The militia consists of part-time soldiers from various colonies. Their training, equipment, and reliability vary widely. They typically muster each spring and return home in the fall.

The rifle companies are a full-time component of the army, armed with rifled hunting weapons. Often they fight as individuals, may not learn the infantry drill, or use formations.

Musicians are important in battle because the commander uses them to tell his forces what to do. Using coded sounds of the fife and the drum, commanders on both sides manage the battle.

Dragoons are small groups of men on horseback, who serve as a scouting force and fight on the periphery of the battle. They strike quickly against targets of opportunity and disrupt enemy forces.

Artillery unit of light caliber guns are attached to infantry regiments as support, working from the flanks (or rear) of the infantry.

Civilians are common and necessary part of the armies. Both sides employ large numbers of women and men to serve logistical support: including laundry, cooking, nursing, waggoneers, drovers, supply, etc.

Present at some engagements are Hessian (German) forces, who are paid fighters for the British in blue uniforms. French forces join the Americans in all white uniforms.

5. Camps

American Camp

American Camp

Explore the American and British camps

The troop tents, which sleep up to six soldiers, are lined side by side in several rows at the front of the camp. Behind those are the officers’ and administrative tents. In the rear are the kitchen fires and the food service area.

Often in separate camps are the artillery and gun crews along with their cannons and gear. The dragoons (or cavalry) also have their own camps with their horses, feed, and gear.

The British and American camps are often quite similar, although the British encampments tend to have more structure and order.

6. Uniforms

Ask the soldiers about their uniforms

In general, American regular forces wear blue coats and the British regulars wear red. American regiments add colored trim to their blue coats to denote specific colonies or types of units. For example, artillerymen wear blue coats with yellow trim. Many units also have their regimental number on their buttons or hat badge. Soldiers who appear to be in civilian dress are probably either militia or members of a rifle unit. Musicians usually wear coats of the opposite color from their troops. Dragoon uniforms tend to be dashing and flamboyant.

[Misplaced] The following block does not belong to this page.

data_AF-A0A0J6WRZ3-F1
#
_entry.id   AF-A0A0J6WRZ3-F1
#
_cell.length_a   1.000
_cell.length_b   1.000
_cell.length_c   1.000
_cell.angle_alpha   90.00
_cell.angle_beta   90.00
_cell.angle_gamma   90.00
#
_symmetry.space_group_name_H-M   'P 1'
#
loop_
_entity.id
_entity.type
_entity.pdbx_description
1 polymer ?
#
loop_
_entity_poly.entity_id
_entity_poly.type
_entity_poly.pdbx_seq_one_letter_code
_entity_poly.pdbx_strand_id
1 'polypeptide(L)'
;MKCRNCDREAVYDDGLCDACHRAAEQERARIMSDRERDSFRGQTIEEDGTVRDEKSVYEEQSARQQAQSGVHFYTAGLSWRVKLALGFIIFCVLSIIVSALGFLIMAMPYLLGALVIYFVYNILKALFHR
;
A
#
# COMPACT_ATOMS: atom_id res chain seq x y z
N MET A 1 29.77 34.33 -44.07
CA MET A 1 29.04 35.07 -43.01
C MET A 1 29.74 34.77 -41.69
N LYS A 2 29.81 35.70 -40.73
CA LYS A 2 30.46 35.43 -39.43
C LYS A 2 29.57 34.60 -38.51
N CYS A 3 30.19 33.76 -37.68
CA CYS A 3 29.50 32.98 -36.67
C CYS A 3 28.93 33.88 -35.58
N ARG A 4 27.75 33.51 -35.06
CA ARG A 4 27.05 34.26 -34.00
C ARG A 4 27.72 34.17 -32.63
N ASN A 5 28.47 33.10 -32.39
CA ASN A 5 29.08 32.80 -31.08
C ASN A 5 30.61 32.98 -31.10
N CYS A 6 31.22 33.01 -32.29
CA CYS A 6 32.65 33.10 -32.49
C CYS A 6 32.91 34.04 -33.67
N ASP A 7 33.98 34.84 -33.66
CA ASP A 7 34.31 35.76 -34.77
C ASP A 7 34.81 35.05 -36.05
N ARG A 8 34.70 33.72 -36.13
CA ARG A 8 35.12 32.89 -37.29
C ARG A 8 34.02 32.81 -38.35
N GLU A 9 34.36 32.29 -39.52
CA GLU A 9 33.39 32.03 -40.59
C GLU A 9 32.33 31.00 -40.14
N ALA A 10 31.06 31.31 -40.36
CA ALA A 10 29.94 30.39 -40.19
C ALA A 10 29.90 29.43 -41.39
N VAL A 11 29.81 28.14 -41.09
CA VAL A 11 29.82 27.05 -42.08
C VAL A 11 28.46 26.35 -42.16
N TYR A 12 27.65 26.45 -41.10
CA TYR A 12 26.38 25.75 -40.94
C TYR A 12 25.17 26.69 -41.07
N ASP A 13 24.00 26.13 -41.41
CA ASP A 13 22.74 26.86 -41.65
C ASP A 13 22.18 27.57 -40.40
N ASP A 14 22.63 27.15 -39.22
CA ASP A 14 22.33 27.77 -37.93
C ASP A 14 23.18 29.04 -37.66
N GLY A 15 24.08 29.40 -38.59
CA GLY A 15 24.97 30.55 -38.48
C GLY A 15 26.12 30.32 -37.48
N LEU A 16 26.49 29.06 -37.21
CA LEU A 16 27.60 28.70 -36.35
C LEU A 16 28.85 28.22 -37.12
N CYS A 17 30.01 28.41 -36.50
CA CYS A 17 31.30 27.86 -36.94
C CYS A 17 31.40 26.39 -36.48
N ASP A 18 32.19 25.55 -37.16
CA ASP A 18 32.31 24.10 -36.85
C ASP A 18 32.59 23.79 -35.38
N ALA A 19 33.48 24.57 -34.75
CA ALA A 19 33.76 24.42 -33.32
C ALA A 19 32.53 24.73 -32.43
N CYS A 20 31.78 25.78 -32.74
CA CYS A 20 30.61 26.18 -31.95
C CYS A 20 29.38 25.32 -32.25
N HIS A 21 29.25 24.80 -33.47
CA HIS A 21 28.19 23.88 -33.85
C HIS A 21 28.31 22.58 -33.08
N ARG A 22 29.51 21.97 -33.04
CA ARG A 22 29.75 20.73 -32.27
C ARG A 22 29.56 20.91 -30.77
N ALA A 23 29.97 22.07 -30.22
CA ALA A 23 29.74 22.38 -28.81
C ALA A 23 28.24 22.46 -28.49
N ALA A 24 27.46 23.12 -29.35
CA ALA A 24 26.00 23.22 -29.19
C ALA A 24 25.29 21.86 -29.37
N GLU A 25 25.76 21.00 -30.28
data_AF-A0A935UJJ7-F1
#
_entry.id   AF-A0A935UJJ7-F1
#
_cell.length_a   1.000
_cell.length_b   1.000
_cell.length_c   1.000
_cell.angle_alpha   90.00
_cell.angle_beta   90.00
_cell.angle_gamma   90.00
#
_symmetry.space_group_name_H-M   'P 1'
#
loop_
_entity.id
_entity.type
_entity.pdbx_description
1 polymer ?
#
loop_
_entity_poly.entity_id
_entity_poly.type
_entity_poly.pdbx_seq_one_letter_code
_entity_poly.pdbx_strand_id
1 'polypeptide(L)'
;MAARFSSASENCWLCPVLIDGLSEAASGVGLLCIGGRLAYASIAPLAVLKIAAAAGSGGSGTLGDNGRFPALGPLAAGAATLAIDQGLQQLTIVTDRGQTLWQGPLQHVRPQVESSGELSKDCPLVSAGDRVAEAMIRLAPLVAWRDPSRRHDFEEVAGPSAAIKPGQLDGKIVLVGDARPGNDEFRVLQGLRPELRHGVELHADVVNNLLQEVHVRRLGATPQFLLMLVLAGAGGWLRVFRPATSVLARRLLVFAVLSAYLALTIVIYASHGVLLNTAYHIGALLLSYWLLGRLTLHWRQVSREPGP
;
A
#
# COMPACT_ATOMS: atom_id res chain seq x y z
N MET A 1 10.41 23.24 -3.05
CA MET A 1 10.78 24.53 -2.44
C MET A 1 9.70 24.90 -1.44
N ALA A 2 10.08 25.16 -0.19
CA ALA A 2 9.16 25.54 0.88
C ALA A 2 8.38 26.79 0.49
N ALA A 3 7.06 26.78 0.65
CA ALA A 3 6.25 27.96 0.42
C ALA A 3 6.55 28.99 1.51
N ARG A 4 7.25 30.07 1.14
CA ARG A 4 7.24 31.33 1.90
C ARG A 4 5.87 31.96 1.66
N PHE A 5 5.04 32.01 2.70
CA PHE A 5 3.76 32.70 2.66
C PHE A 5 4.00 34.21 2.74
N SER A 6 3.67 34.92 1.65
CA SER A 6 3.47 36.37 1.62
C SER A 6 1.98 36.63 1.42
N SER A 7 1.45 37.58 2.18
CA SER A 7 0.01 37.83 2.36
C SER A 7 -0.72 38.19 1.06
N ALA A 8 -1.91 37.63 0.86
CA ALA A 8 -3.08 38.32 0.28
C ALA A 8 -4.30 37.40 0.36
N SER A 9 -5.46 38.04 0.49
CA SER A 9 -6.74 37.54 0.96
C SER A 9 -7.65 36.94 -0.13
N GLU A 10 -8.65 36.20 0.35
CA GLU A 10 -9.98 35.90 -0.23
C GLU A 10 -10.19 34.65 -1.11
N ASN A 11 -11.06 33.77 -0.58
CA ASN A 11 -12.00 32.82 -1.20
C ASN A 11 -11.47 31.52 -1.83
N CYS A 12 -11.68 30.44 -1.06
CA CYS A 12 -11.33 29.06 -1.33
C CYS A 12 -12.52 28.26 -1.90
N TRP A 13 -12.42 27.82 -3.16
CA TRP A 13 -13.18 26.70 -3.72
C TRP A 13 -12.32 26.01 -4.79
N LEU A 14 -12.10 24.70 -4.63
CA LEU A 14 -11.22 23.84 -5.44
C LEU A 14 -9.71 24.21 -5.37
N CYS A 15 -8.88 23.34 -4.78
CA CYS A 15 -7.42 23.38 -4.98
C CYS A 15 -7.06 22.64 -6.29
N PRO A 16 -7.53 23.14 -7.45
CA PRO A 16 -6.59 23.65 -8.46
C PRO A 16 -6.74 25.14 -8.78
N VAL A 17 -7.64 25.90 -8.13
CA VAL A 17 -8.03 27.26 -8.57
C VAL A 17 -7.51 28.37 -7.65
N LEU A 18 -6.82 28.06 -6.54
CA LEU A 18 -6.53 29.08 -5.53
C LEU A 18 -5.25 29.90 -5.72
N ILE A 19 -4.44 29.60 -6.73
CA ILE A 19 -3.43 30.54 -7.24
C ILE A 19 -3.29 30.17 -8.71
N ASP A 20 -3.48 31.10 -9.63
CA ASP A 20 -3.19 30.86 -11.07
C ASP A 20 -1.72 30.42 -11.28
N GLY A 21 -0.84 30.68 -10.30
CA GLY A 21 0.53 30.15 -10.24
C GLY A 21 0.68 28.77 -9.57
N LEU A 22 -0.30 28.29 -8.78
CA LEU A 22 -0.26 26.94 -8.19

7. Formations

American Regulars Firing

American Regulars Firing

British Troops Marching

British Troops Marching

Troop formation changes during battles

The regulars march in fairly precise formations, trying to stay together in a straight line. They fight in two ranks, one behind the other. When they have to change direction, they do so in a mass movement called a “wheel”, where the entire line rotates to the left or right.

Using a method called volley fire soldiers load and fire their muskets together. The volley causes the most damage to the enemy line, compared to random individual firing. The militia is usually attached to these regular units and in theory, learns their drills and weapons.

The rifle units tend to fight in less formal ways and are not trained in mass formation fighting tactics. They tend to operate on the edges of the battlefield, standing in tree lines or behind fences and buildings. The horsemen, or dragoons, provide surprise strikes at critical moments, disrupting an attack or capturing a cannon and its crew.